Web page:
Leaves From a Tree

Re: Leaves From a Tree

Postby MacadamB53 » Sat Dec 28, 2013 5:58 pm

arborlad wrote:
MacadamB53 wrote:............ gathering the leaves from your land and handing them back to their owner.............



Whilst they are attached to the tree, the leaves belong to the tree owner, one they become detached, they become the responsibility of the owner of the land they fall on.


Thanks for making that clear for the OP as I now realise without this info my post would be misunderstood.

Merry Christmas and kind regards, Mac
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Re: Leaves From a Tree

Postby MacadamB53 » Sat Dec 28, 2013 6:01 pm

despair wrote:"Once detached from the tree they become the responsibility of the landowner thry fall on "

oh if only that got through to some very petty andcstupid neighbours

as for "by whatever means of return agreed" problem neighbours wont agree anything and simply continue to dump leaves etc over where ever it suits them


Such people would be causing a nuisance as referenced by ukmicky.

Merry Christmas and kind regards, Mac
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Re: Leaves From a Tree

Postby Russwh » Mon Jan 06, 2014 10:00 pm

Hi Catapult1 & Coggy,
Just read your replies and I'm somewhat surprised. As I mentioned the driveway is open plan and the tree was there long before me and also a lot longer than our neighbour. The fact is trees will drop leaves during the autumn and will make a mess which I clean up on my side of the boundary but the annoying thing is that he will come out within a couple of days and just blow his garden debris across the boundary completely ruining my previous work.
I don't think that offering to clean his side would be very wise as I've made them keep to their side through previous legal letters as they used to park on my driveway and limit my access. The other point to make hear is that if I'm not obliged to take the debris (I use this word as the rubbish contains grass cuttings and soil) then I'm not going to. Indeed the council have a service that will collect the garden rubbish free of charge.
I liked the comment that someone made about them being better off living in a high rise block of flats but unfortunately I don't think this is going to happen any time soon.
I did notice that over Christmas the neighbour seemed to sweep his driveway and grass with a broom (must have been a present) and placed the rubbish in his household wheelly bin. I'm not convince the saga is over yet, I'm thinking the sweeping only happened because the ground was wet and the blower is not very effective in these conditions.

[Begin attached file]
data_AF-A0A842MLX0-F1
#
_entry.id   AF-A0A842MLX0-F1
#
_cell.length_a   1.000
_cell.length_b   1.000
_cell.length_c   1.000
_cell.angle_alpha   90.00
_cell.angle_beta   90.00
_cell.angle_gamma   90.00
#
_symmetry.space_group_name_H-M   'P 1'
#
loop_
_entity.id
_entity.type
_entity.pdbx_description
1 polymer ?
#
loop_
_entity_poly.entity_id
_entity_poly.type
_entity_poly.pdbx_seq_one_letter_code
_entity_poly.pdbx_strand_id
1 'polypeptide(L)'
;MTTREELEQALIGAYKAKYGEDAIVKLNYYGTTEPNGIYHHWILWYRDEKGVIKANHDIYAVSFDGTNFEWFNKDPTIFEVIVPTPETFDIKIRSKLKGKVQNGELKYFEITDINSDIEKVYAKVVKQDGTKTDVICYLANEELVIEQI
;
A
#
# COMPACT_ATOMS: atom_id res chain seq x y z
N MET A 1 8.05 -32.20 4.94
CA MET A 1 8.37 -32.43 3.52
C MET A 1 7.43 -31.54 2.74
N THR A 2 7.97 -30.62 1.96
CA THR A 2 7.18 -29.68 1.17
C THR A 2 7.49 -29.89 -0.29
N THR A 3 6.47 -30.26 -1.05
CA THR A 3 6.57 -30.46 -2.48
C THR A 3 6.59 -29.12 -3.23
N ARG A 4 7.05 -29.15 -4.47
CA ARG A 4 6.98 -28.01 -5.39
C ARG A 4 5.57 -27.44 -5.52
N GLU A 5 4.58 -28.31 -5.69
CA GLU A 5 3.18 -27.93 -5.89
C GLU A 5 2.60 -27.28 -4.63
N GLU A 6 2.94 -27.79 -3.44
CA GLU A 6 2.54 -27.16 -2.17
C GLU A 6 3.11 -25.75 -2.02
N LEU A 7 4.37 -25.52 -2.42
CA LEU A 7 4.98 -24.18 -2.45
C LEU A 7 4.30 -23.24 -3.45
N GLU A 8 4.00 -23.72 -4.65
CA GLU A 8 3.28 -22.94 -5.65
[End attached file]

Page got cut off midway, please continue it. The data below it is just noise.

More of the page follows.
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Re: Leaves From a Tree

Postby COGGY » Mon Jan 06, 2014 11:48 pm

I am sorry for your predicament. Would it be possible to plant shrubs between the gardens, might that help or would he just walk up to your drive and throw the leaves down. He sounds like a real pain but unfortunately you are stuck with him. If you cannot stop him then you have to find a way to accept what he does. What would happen if you went out when you saw him and laughed (in a friendly manner) at his actions. Or does he wait for you to go out? Do you think he gets pleasure from annoying you? If so it might be that ignoring his actions would stop him.

Best wishes
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Re: Leaves From a Tree

Postby MacadamB53 » Tue Jan 07, 2014 12:06 am

Hi Russwh,

Why not arm yourself with an EZ leaf hauler and go out and help next time he's out there:

Image

Kind regards, Mac
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Re: Leaves From a Tree

Postby Russwh » Wed Jan 08, 2014 11:31 pm

Coggy,
It is not possible to plant anything or even erect a fence between our properties as this would be breaching a restrictive covenant. I would love to have a fence but I know that he would not agree to it as we've already been down this route.
I'm not really willing to accept his behaviour as it's really antisocial. Unfortunately as you say, he waits for us to go out and then will blow the debris onto our side.I really don't know how anybody could have the cheek to stand at the boundary and blow the debris whilst knowing that CCTV is recording your actions. I definitely think he gets pleasure from doing this to us as we asked them not to use our driveway in any way as it was very restrictive in its original form. The driveway was developed about 3 years ago, but this was for our benefit and not theirs, and therefore we asked that they should not use it in any way.
Other neighbours are also being affected by his actions. We have two other neighbours who seem to like the tree, one of these neighbours will sweep the leaves and dispose of them appropriately while the other is just happy to accept the accumulation of them. This is their prerogative as I'm not really allowed to enter their property to gather the debris.
Mac, the leaf hauler would be good if only I could catch him in the act, but don't forget it's not only leaves, it's also grass cuttings during the summer months.
I suppose a solution to this problem could be that when this happens again I could go out and blow them back with my blower and keep doing this until he picks them up. Maybe I could employ a Romanian cheaply enough to do it for me.
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Re: Leaves From a Tree

Postby appledore » Thu Jan 09, 2014 7:21 pm

MacadamB53 wrote:Hi Russwh,